Encourage students and their families to participate in military support groups. The army calls them Family Readiness Groups but other branches have similar programs. The leaders of these groups may be able to give you resources to help in the classroom.
There are many resouces available for teachers of military kids. The key is to be aware of who these kids are and to educate yourself proactively.

Suzie Boss's picture
Suzie Boss
Journalist and PBL advocate

Thanks for sharing your experience. As a teacher, parent, and member of a military family, you have unique perspective on this issue.
And as you point out, teachers play an important role when it comes to modeling respect and empathy.
I'm curious how others handle the tricky business of discussing politics in the classroom. With the right facilitation, this could be an opportunity to model civil discourse.
Look forward to hearing others' suggestions and advice.

grodriguez's picture

Hello there!

WHat an inspiring story! What bravery on behalf of Moranda & Kaylei!! Congrats to them both on their efforts to have unity amongst theur peers.
I think that it is a great idea for more people to get involved. A parents deployment can sometimes go unheard of. A very delicate situation for a student whom not only has to handle what her feelings are bringing on, but also that of the parent left at home...- wow!
I think this can be such a great "foot forward" in trying to help with all aspects of having our students feel support all around them.
My brother was deployed for 15 months, leaving at home my 8 years old nephew, and 1 year old niece. I felt their pain...I don't know what is worse....being 8 and 1...and not "knowing" if daddy will ever be back (not because they knew he was deployed, but only because now he's wasn't there to have dinner then tuck them in).
Did they really understand where he was? I don;t know if we can ever know what the feelings really were, besides the obvious of crying for him, and wanting to hug him SO bad.
I think Sisterhood of the Taveling BDU's is such a positive outlet for these kids - I really do...but I am curious...what about some of the students who feel this exact way, but their parent is in prison? As teachers do we not acknowledge those situations because they are influenced negatively? - just curious.

Suzie Boss's picture
Suzie Boss
Journalist and PBL advocate

Your last question is a tough one. I'm curious how teachers might respond: How do you reach out to kids who have an incarcerated parent?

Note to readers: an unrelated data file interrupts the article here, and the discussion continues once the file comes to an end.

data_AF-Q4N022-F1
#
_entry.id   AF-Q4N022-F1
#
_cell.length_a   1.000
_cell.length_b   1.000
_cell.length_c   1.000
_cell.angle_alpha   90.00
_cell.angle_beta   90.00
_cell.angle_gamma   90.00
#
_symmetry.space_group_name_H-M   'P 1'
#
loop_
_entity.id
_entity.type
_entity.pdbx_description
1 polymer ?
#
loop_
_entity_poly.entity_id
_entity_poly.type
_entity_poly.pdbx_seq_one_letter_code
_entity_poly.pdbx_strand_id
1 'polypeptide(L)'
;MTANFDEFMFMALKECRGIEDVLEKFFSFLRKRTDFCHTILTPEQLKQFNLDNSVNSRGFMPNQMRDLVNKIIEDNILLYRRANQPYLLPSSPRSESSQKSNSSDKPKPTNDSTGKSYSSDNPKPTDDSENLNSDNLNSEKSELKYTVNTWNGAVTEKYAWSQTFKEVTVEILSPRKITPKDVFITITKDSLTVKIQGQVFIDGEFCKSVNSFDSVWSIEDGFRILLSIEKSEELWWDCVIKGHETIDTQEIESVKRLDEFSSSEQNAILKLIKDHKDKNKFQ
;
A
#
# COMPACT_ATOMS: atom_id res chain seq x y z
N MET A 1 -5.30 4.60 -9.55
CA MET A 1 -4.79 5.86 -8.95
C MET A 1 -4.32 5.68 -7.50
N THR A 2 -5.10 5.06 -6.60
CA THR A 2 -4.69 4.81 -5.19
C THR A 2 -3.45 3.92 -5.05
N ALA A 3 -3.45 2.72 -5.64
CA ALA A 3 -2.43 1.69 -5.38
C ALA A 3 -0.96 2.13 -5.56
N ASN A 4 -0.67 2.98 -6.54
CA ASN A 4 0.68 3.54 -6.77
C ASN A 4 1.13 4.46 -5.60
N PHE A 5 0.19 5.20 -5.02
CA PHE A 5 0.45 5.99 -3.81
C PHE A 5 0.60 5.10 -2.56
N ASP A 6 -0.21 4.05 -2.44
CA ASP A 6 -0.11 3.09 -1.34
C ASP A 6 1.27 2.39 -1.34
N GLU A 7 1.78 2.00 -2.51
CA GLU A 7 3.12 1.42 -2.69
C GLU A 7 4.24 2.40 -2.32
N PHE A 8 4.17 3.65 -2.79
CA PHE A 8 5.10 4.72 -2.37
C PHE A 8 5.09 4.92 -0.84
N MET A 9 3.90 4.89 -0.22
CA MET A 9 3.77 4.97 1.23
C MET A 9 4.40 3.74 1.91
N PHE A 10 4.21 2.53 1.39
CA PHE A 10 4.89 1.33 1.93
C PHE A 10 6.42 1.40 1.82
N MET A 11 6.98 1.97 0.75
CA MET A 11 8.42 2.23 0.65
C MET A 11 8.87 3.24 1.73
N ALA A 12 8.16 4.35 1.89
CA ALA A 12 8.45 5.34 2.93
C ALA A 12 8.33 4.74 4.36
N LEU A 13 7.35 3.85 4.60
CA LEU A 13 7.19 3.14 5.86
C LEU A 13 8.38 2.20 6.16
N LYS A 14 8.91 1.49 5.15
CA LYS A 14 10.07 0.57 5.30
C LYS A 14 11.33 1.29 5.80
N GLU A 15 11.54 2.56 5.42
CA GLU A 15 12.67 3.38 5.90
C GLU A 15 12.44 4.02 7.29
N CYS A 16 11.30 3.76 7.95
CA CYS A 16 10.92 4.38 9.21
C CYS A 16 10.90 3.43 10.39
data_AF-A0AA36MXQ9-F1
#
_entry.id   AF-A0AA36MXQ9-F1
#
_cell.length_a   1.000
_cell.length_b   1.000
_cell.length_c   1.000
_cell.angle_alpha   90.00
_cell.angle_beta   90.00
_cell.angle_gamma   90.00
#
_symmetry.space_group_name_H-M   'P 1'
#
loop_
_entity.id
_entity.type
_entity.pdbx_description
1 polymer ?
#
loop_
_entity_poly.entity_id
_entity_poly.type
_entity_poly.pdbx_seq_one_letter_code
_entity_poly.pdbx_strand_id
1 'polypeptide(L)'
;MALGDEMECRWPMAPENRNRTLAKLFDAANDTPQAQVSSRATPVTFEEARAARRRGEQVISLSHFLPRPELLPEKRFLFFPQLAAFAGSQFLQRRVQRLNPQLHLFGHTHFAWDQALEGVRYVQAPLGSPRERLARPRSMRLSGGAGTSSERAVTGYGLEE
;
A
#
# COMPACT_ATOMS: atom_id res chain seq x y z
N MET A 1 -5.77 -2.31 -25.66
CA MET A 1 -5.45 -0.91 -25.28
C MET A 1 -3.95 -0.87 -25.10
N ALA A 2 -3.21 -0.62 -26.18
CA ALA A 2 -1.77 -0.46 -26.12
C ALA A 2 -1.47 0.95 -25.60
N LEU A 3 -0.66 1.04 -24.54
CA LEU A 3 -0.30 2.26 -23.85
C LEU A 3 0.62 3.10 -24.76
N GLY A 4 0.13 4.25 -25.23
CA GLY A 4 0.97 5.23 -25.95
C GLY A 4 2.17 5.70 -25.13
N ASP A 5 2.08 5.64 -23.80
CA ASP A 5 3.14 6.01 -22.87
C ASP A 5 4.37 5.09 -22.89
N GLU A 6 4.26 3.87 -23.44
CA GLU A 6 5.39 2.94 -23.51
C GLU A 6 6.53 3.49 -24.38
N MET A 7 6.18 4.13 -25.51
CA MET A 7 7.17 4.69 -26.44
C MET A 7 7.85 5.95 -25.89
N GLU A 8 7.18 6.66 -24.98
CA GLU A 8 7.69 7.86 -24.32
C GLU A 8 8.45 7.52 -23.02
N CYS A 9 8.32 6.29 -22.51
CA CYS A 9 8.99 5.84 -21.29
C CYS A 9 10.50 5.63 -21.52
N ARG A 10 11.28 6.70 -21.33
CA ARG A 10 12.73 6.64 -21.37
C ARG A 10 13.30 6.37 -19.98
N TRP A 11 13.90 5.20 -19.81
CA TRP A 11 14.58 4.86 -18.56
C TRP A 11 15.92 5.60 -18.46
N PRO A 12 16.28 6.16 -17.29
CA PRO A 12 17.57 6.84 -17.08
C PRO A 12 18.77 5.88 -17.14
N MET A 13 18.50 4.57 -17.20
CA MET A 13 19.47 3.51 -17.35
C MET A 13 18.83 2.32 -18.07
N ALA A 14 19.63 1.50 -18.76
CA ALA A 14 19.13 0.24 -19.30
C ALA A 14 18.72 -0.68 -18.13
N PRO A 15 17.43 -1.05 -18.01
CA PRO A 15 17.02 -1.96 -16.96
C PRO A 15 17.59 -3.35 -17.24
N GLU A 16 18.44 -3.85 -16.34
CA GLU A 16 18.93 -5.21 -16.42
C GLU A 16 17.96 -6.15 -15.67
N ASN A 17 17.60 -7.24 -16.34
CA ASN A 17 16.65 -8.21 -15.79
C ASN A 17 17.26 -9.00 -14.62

One program I'm familiar with is for girls whose mothers are serving time, called Girl Scouts Beyond Bars. ( Not sure the status of the program, but it was doing some powerful work a few years back. Anyone have an update? Other resources?

Michelle's picture

Kudos to Kaylei and Moranda! I hope their weekend was a huge success! Thought folks might find some BOOKS written for military teens to be helpful, including:

"Finding My Way: A Teen's Guide to Living with a Parent Who Has Experienced Trauma"
Examines the teenager's experience of having a parent who has endured trauma-ranging from military combat to domestic violence to 9/11 to natural disasters.

"My Story: Blogs by Four Military Teens"
A series of blogs which gives a voice to the teen experience before, during and after parental deployment to Iraq/Afghanistan

Read all about them here:

Troubled Youth's picture

Military schools are licensed training places for adolescents who want to make their career in Military field. Training programs are recommended under the guidance of professional Military officials and instructors. Teen Military academies support irresponsible and unmotivated teenagers in achieving highest potential in each field of life. The only thing is that military institutes don't accept the troubled teens confronting with emotional, mental or psychological disorders. In the highly disciplined and strict environment kids learn valuable life skills and moral values.

Tashia's picture

As a "military brat" I really appreciate what these girls are doing because I grew up with a dad who was constantly deployed overseas. It was difficult because his work was confidential and we could not know what he was doing or if he was safe. I applaud what these girls are doing because I know that military families need all the support they can get. I was fortunate enough to have many people surrounding me who could encourage me and be there for me when times were tough, but I know that not everyone is as fortunate.

I have great respect for you and the position that you have in your school for those who just need a listening ear. I know what it is like to have a father who is gone. I know that it is crucial to have someone you can confide in and trust. I would like to thank you for being that person to so many kids in your school. Often, it is the small things that make such a difference...I remember the frustration and hurt that I harbored against the Navy even as a kid, simply because I did not understand and could not figure out how to voice my confusion. Having someone to talk to and empathize with is the best way you can help us "military brats". Keep up the good work :-)

SisterhoodBDUs's picture
Founder of The Sisterhood of the Traveling BDUs

The Sisterhood of the Traveing BDUs just launched a new and improved website. The new site has blogs, resources, but most importantly, a forum for the military girls to connect with one another. Please let the military girls, families know about the new and improve website. Join us and spread the word!